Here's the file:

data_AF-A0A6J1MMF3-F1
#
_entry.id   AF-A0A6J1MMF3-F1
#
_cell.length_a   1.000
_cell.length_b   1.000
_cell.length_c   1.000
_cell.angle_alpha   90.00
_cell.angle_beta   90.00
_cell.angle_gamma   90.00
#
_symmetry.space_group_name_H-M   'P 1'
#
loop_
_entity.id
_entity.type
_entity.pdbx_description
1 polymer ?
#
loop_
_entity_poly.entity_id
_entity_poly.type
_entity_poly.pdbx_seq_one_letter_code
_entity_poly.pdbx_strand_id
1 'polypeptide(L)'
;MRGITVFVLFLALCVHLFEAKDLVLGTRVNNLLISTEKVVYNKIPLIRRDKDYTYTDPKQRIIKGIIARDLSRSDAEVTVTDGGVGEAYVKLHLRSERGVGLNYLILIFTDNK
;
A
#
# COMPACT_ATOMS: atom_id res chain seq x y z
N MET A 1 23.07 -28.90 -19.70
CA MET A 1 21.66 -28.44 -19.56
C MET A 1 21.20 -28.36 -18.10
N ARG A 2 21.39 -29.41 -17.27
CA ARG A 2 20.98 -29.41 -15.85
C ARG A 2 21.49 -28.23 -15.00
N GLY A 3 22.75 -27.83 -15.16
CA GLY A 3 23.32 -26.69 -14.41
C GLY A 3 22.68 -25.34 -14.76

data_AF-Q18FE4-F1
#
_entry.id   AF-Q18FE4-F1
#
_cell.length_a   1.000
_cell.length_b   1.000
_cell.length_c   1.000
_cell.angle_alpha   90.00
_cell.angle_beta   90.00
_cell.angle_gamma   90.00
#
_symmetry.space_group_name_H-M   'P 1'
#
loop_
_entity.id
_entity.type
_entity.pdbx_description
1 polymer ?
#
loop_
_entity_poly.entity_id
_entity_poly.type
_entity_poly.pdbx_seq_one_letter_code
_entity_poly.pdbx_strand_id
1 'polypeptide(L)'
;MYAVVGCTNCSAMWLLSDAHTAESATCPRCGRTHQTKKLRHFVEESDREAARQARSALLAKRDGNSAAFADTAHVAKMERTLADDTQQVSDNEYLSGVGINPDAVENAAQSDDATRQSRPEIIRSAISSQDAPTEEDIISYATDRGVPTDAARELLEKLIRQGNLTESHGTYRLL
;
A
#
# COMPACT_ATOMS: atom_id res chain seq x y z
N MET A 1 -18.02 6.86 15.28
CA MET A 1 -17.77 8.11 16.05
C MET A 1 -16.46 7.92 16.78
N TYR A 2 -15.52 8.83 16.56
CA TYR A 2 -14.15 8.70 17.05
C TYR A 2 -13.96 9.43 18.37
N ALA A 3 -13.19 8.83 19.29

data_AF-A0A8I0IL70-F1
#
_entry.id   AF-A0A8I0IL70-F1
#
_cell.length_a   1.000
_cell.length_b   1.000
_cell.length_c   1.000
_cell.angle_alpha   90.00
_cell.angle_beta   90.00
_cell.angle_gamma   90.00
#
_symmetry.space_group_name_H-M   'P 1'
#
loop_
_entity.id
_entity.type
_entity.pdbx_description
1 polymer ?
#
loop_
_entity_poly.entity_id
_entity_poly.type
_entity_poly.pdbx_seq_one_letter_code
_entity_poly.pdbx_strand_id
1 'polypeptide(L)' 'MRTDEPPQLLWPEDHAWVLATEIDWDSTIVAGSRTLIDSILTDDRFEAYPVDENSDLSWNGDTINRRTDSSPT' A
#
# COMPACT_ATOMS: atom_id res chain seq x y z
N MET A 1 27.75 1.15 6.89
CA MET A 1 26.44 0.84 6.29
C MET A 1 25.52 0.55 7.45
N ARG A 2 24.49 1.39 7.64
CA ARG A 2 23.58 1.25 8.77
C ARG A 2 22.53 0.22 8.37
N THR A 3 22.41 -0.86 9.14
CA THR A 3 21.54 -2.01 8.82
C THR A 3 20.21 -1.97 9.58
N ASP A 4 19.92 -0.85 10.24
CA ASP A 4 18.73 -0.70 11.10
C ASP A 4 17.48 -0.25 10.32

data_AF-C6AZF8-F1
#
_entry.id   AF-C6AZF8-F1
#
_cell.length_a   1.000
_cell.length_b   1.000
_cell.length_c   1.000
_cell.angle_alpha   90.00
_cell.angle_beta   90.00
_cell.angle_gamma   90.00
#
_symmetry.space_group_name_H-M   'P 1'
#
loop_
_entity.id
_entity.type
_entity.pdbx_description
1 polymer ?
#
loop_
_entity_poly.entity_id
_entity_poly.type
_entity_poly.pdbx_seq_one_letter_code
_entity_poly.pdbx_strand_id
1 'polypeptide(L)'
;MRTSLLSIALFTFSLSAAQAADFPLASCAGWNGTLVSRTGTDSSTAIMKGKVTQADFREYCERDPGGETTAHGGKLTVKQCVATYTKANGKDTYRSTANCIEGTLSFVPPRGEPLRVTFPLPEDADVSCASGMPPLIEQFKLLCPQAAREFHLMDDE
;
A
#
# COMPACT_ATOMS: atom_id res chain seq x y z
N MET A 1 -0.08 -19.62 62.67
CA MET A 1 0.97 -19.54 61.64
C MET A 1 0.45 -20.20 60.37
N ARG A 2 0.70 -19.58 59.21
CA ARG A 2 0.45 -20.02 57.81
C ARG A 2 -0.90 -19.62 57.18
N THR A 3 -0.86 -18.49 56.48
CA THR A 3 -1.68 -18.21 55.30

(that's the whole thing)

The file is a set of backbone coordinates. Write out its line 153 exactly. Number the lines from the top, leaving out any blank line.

CA THR A 3 -1.68 -18.21 55.30